Here are a few examples:
Nvidia: It is an American multinational technology company that has introduced Clara for Medical imaging, which accelerates a typical imaging workflow that begins with data labelling. The solution then moves on to creating AI models, developing applications that include one or more AI models, and finally deploying them at a single institution or across multiple institutions. NVIDIA AI-Assisted Annotation (AIAA) with Deep Grow enables fast labelling of CT and MRI data with a few clicks on an area of interest and in a few slices. AIAA accelerates image labelling, which can be a time-consuming and tedious task prone to human error.
GE Healthcare: SIGNA Hero, SIGNA Artist Evo, Revolution Apex platform, Allia Platform, and AMX Navigate are some of the new AI-powered, automated, and data-driven solutions developed by GE Healthcare to help encourage greater diagnostic confidence, ease the burden of care, and improve workflow for healthcare systems globally.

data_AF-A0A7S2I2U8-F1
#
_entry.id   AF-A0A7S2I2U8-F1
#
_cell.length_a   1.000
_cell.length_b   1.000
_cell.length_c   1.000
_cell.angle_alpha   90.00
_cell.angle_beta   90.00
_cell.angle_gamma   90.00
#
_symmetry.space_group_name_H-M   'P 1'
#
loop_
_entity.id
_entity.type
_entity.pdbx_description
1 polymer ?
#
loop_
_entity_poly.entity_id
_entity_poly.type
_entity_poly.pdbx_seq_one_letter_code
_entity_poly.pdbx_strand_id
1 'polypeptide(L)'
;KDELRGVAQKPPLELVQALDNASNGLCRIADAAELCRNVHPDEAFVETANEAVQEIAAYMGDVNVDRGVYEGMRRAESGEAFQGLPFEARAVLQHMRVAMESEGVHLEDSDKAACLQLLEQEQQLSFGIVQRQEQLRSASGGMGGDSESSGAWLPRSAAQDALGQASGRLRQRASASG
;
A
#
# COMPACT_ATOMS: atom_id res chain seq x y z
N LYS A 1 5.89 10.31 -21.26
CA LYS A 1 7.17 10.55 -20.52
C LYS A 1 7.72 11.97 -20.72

IBM Watson: On every release, IBM Watson collaborates closely with 4ways to improve turnaround times, improve its reporting system, increase service robustness for customers, assist in improving service delivery for customers, support teleradiology partners, and its internal IT support team with a more scalable solution.
Philips Healthcare: The company has created a solid platform that focuses on patient management, image acquisition, image interpretation, and reporting.
The future looks bright; it appears that the quote has inspired everyone, “Do the best you can until you know better. Then you know better, do better” by Maya Angelou. Whatever solution one may implement, we know that technologies will come and go, but keeping a beam focus on the value that we are creating allows us to deliver with focused efforts. More importantly, it fosters patient trust and satisfaction because they understand that we are inspired not just by technological capabilities or business imperatives, but by a larger vision of providing patient care.
(Author is Microbiologist Certified infection control Auditor, Kidney Hospital Srinagar. Email: Jkakroo@gmail.com)